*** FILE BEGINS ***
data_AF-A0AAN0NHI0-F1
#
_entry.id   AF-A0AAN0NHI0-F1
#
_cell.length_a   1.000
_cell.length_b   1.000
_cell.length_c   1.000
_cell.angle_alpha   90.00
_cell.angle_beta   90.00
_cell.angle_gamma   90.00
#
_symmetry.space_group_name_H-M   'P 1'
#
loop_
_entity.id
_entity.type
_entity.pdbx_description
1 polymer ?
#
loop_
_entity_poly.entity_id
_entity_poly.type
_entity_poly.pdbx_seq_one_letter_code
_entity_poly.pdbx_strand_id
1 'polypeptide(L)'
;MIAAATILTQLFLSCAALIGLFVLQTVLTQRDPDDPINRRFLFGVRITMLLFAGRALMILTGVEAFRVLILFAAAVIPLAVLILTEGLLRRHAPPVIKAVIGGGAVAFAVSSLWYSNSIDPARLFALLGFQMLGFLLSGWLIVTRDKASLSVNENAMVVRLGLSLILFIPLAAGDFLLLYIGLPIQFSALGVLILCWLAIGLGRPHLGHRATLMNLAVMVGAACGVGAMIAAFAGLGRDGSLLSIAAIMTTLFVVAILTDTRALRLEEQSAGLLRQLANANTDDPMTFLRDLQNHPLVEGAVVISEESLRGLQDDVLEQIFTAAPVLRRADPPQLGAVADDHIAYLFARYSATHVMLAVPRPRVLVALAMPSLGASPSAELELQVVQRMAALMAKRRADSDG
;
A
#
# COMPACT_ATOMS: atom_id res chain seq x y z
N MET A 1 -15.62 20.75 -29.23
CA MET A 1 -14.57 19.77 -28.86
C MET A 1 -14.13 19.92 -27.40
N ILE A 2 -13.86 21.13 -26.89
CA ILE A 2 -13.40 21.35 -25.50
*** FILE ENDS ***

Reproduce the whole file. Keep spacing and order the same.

data_AF-A0AAN0NHI0-F1
#
_entry.id   AF-A0AAN0NHI0-F1
#
_cell.length_a   1.000
_cell.length_b   1.000
_cell.length_c   1.000
_cell.angle_alpha   90.00
_cell.angle_beta   90.00
_cell.angle_gamma   90.00
#
_symmetry.space_group_name_H-M   'P 1'
#
loop_
_entity.id
_entity.type
_entity.pdbx_description
1 polymer ?
#
loop_
_entity_poly.entity_id
_entity_poly.type
_entity_poly.pdbx_seq_one_letter_code
_entity_poly.pdbx_strand_id
1 'polypeptide(L)'
;MIAAATILTQLFLSCAALIGLFVLQTVLTQRDPDDPINRRFLFGVRITMLLFAGRALMILTGVEAFRVLILFAAAVIPLAVLILTEGLLRRHAPPVIKAVIGGGAVAFAVSSLWYSNSIDPARLFALLGFQMLGFLLSGWLIVTRDKASLSVNENAMVVRLGLSLILFIPLAAGDFLLLYIGLPIQFSALGVLILCWLAIGLGRPHLGHRATLMNLAVMVGAACGVGAMIAAFAGLGRDGSLLSIAAIMTTLFVVAILTDTRALRLEEQSAGLLRQLANANTDDPMTFLRDLQNHPLVEGAVVISEESLRGLQDDVLEQIFTAAPVLRRADPPQLGAVADDHIAYLFARYSATHVMLAVPRPRVLVALAMPSLGASPSAELELQVVQRMAALMAKRRADSDG
;
A
#
# COMPACT_ATOMS: atom_id res chain seq x y z
N MET A 1 -15.62 20.75 -29.23
CA MET A 1 -14.57 19.77 -28.86
C MET A 1 -14.13 19.92 -27.40
N ILE A 2 -13.86 21.13 -26.89
CA ILE A 2 -13.40 21.35 -25.50